Apps that should exist: Hailocab for Deliveries


The first in a possible series of ideas for making things better using the power of technology.


Technology is often described as “disruptive” if it comes into the market and blows the old-school competitors out of the water. Perhaps the best example of this is the iPhone. Before it arrived, phones were bricks crammed with buttons that could only usually do things that were baked in by the manufacturer. Within a few years a big touchscreen was the new standard, and apps changed forever the way we look at phones. In fact, its actually quite surprising when someone uses their phone to actually make a call.

This happens all of the time, and we might not even notice it. Hailocab is an awesome little app that has revolutionised taxi travel in London and other major cities around the world. Now when it’s late at night and you’ve figured out your mental justification for not getting the much cheaper bus, rather than wait on the street corner helplessly waving your arms in the air waiting for a cab, you can press a few buttons on your Hailocab app and summon a cab right to you – even if you’re somewhere a taxi is seldom seen (like, er, basically all of South London).

What’s cool about Hailocab too is that using the GPS in your phone and the cabbie’s phone, you can see on a map in real time how far away the cab is from you, so you only have to step out into the rain at the last minute. And if you link up your credit card, you don’t even need to be carrying any cash. It’s great – so much easier, and better than the old system of hoping a cab would come past, and that you’d have enough cash in your pocket. It’s disrupted the industry and made things better.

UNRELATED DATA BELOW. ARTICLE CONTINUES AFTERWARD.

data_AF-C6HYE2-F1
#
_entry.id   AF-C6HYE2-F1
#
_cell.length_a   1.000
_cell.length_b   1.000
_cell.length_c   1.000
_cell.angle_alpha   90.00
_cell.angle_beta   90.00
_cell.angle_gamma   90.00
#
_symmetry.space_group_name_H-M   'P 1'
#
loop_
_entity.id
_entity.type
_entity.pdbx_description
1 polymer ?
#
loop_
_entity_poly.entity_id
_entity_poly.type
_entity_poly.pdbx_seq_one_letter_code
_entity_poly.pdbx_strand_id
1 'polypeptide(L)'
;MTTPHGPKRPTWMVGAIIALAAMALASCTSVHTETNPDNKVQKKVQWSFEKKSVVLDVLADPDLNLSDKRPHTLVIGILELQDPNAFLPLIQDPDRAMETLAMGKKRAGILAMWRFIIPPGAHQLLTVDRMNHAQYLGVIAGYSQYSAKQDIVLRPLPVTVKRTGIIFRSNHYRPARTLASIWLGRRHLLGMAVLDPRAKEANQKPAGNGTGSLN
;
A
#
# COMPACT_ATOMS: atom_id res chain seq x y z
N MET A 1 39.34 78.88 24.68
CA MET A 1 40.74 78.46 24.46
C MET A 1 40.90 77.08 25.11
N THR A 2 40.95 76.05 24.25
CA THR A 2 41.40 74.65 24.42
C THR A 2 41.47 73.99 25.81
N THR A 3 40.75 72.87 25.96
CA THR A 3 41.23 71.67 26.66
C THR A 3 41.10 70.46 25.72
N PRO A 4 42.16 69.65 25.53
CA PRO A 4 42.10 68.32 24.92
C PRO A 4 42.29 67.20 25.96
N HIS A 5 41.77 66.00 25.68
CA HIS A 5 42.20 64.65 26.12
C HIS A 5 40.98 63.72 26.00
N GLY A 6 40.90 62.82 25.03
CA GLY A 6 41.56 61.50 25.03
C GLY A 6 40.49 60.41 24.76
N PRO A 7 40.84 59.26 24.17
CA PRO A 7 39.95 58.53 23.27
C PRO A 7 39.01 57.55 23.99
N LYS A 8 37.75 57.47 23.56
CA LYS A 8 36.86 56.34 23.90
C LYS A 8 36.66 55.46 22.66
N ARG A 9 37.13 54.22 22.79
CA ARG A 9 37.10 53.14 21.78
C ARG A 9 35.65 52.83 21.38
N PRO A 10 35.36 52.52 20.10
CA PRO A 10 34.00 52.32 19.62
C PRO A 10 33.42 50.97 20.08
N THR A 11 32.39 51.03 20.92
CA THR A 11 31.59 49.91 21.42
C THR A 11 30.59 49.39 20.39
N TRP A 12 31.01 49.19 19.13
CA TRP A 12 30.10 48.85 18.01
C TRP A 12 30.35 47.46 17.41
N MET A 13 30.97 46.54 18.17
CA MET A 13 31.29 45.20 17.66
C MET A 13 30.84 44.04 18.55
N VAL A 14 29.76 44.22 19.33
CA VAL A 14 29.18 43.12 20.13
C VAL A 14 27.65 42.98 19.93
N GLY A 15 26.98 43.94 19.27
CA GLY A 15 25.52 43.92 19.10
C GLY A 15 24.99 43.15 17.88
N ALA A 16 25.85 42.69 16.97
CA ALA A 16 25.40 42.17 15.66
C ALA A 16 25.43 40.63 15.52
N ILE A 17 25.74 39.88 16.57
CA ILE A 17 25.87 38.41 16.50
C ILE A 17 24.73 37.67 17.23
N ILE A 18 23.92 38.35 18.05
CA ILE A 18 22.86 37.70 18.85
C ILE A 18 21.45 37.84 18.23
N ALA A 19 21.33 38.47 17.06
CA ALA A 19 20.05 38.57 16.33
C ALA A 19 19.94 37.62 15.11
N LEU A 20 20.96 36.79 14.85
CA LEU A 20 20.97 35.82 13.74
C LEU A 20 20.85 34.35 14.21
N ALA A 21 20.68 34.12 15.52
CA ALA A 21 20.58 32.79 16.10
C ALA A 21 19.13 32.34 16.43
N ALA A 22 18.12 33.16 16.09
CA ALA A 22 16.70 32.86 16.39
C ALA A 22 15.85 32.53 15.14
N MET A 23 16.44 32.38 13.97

I wonder if there’s another similar industry that could use a little Hailocab magic. I’m talking about parcel delivery.

If you’ve ever experienced the trauma of having something delivered by Yodel, you’ll know that something is wrong. For some reason, companies like DHL and Yodel think the best way to deliver a package is to knock on your door whilst you’re at work – only to come back and try again the next day at the same time. So inevitably you’re then faced with a trek to a grim industrial estate with your delivery card to pick up your parcel.

What’s mad is that this could easily be revolutionised. We already have parcel tracking that will tell you if your goods are in the warehouse or out for delivery… but why not use the driver’s smartphone to tell the user how far away they are? And given that the sender almost certainly knows the recipient’s email address or phone number, why not get them to input these details so they can be phoned or emailed to see where they are?

Other delivery services, such as the grocery service Ocado are slightly more advanced – their drivers will arrive in an hour-sized window of time and will call to update if they’re running late. So there’s proof this process can be improved.

But why can’t this data be opened up to customers? Chances are the different companies track their drivers anyway to keep an eye on them – so why not let us follow it too? It’s going to be much more understandable for customers who are complaining if they can understand the cause of the delays or problems.

So c’mon, how about it? How long before someone comes along and disrupts this industry with a phone app that makes it much more painless?

Can you think of any other annoyances like this that a little clever data-wrangling could fix? Let us know in a comment.

James O’Malley
For latest tech stories go to


  • DPD and Interlink already offer a courier service that shows you where the driver is, and gives you an hours window

  • DPD and Interlink already offer a courier service that shows you where the driver is, and gives you an hours window

Comments are closed.